A Sashurai’s Review: Supernatural – Season 11×23 (Sorry Dean, The Flash beat you to it and saved his mother last night)

SN 11x23

 

SUMMARY

Sam and Dean recover from Amara’s attack but find that Chuck (God) is slowly dying. The sun’s light begins to dissolve as the brothers, Rowena, Crowley, Castiel (sans Lucifer) and Chuck return to HQ. Dean accepts their predicament but Sam refuses to give in, leading to a plan to kill Amara by detonating a soul-bomb in her presence. Sam and Dean go to an abandoned asylum and collect the souls there as Billie, the reaper follows them. Amara, meanwhile, ponders what her vengeance is costing her while listening to an elderly woman speak about her family situation. Billie shows up at HQ and offers the souls they need to fill the bomb which Rowena fuses into Dean, who has to confront Amara and sacrifice himself to destroy her. He says his goodbyes and confronts Amara but finds she’s remorseful over her actions. He convinces her to summon God and together they forgive each other. She heals God and the two reconcile making plans to leave Earth for the time being. Amara thanks Dean and offers to give him something he’s wanted. Meanwhile, a woman of letters from England, Lady Antonia Bevell is sent by a regal group of Men of Letters to apprehend the Winchesters. Sam returns home believing Dean is dead and is confronted by Antonia who banishes Castiel with a warding spell. Sam approaches her believing she won’t him, but is wrong as Antonia fires her gun. Elsewhere, Dean attempts to find where he is within a forest clearing and finds his mother, Mary alive.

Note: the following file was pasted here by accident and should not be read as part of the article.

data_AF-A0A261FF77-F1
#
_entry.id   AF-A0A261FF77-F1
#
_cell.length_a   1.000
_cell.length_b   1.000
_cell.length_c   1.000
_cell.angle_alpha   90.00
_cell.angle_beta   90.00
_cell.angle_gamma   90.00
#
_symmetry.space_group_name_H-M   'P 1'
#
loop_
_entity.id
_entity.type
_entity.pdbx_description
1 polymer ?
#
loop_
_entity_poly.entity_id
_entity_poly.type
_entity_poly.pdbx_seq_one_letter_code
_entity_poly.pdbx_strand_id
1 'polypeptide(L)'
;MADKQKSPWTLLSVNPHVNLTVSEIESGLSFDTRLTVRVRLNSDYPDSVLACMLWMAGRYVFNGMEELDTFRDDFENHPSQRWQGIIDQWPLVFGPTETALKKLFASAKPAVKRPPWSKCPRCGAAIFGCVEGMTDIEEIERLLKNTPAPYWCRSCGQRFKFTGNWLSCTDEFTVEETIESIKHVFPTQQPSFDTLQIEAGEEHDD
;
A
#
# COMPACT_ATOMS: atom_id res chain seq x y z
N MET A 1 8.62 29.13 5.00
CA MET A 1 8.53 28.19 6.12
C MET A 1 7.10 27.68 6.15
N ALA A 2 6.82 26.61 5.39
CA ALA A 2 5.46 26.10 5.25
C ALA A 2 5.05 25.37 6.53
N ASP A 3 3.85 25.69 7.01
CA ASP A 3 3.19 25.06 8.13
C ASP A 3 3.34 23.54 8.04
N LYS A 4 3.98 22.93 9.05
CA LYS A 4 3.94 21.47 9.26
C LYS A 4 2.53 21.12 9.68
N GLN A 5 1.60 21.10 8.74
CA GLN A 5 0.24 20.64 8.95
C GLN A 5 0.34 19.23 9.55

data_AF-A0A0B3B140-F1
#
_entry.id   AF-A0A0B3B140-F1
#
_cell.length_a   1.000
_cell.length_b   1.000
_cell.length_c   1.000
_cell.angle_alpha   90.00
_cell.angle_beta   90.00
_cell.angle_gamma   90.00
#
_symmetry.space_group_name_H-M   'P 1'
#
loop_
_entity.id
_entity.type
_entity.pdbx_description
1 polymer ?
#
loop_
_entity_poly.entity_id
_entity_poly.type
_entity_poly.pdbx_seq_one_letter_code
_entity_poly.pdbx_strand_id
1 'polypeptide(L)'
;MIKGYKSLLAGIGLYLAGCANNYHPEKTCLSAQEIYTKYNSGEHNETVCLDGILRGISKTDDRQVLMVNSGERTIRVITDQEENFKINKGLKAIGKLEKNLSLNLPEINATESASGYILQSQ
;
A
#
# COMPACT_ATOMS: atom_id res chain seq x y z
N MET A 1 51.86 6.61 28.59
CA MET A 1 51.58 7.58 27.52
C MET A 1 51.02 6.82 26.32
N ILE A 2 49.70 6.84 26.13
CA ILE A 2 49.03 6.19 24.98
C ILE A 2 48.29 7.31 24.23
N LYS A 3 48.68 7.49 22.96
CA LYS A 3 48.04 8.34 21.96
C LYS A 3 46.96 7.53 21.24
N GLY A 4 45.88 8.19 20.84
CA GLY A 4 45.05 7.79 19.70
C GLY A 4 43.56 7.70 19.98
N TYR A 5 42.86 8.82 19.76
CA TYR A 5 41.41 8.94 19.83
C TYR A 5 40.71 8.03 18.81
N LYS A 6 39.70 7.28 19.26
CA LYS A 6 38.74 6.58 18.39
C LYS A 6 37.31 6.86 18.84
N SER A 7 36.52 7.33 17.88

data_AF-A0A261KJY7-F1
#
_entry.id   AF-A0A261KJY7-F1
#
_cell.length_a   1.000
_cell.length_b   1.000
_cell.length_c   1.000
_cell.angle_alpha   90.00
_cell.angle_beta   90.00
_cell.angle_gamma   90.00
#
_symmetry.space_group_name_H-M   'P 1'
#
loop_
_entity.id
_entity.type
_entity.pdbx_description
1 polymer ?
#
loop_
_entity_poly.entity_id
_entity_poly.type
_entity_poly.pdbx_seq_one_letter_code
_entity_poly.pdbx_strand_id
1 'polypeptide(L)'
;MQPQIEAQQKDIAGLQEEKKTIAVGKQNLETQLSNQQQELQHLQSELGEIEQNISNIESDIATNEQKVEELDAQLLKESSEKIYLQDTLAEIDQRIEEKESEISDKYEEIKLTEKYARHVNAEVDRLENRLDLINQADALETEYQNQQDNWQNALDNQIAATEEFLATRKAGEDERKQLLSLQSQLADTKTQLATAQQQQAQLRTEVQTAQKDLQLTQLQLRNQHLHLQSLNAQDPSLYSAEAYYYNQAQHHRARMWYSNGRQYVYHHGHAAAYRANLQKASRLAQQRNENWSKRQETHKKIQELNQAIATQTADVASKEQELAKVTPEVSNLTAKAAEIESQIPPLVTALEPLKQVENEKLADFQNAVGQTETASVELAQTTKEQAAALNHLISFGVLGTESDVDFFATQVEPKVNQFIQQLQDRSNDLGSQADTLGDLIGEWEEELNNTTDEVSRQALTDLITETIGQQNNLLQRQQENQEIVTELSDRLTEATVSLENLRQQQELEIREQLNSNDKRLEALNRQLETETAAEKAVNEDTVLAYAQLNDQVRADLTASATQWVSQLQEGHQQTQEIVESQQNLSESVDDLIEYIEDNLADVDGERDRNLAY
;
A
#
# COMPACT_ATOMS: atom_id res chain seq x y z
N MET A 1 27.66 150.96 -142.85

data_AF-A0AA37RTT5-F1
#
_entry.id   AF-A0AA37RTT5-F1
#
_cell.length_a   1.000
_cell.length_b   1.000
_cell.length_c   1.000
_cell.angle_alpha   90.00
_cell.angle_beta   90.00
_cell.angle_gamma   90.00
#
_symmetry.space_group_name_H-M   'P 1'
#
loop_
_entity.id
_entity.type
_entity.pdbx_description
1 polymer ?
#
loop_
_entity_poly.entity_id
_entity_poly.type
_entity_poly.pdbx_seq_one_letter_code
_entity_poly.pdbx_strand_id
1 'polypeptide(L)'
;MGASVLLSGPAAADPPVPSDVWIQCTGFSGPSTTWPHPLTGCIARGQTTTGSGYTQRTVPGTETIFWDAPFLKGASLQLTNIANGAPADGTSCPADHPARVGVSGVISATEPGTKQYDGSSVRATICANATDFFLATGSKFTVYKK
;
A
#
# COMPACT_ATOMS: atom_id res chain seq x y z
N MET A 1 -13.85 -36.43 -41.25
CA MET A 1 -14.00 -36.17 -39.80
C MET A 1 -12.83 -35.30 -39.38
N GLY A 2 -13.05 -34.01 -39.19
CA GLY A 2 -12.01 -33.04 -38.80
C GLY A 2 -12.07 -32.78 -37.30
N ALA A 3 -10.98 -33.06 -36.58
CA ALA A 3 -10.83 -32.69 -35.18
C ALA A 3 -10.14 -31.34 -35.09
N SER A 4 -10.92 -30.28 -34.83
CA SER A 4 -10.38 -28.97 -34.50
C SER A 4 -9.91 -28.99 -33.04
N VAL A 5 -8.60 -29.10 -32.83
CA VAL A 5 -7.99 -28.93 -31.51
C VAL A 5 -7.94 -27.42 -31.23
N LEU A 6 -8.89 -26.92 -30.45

INITIAL THOUGHTS

This is not the reboot I was looking for. In some astute yet cliché manners, Supernatural closes its chapter on the biggest possible story it could have told and leaves us with interesting yet bland cliffhangers that will set the stage for the inevitable 12th season later this fall. The sacred nature of dead characters finds a small loophole here as Sam and Dean’s mother has been brought back as a thank you from the Darkness. It hangs on Dean’s ghastly confusion as he wraps his mind on the prospect of seeing his mother again while we understandably eye roll at Sam’s fate, because clearly, she shot him either in the shoulder or around him to make a point. This finale gave us a bit of the fairytale approach by sticking to their explanation that if God had died, creation would have went with him. While I wanted more risk and sacrifice to own this episode, I understand the need to maintain the balance and allow for everyone to survive because any major deaths would have had a horrific effect in the following season. At least we know Lucifer is somewhere out there, hopefully recreating the horsemen as we speak.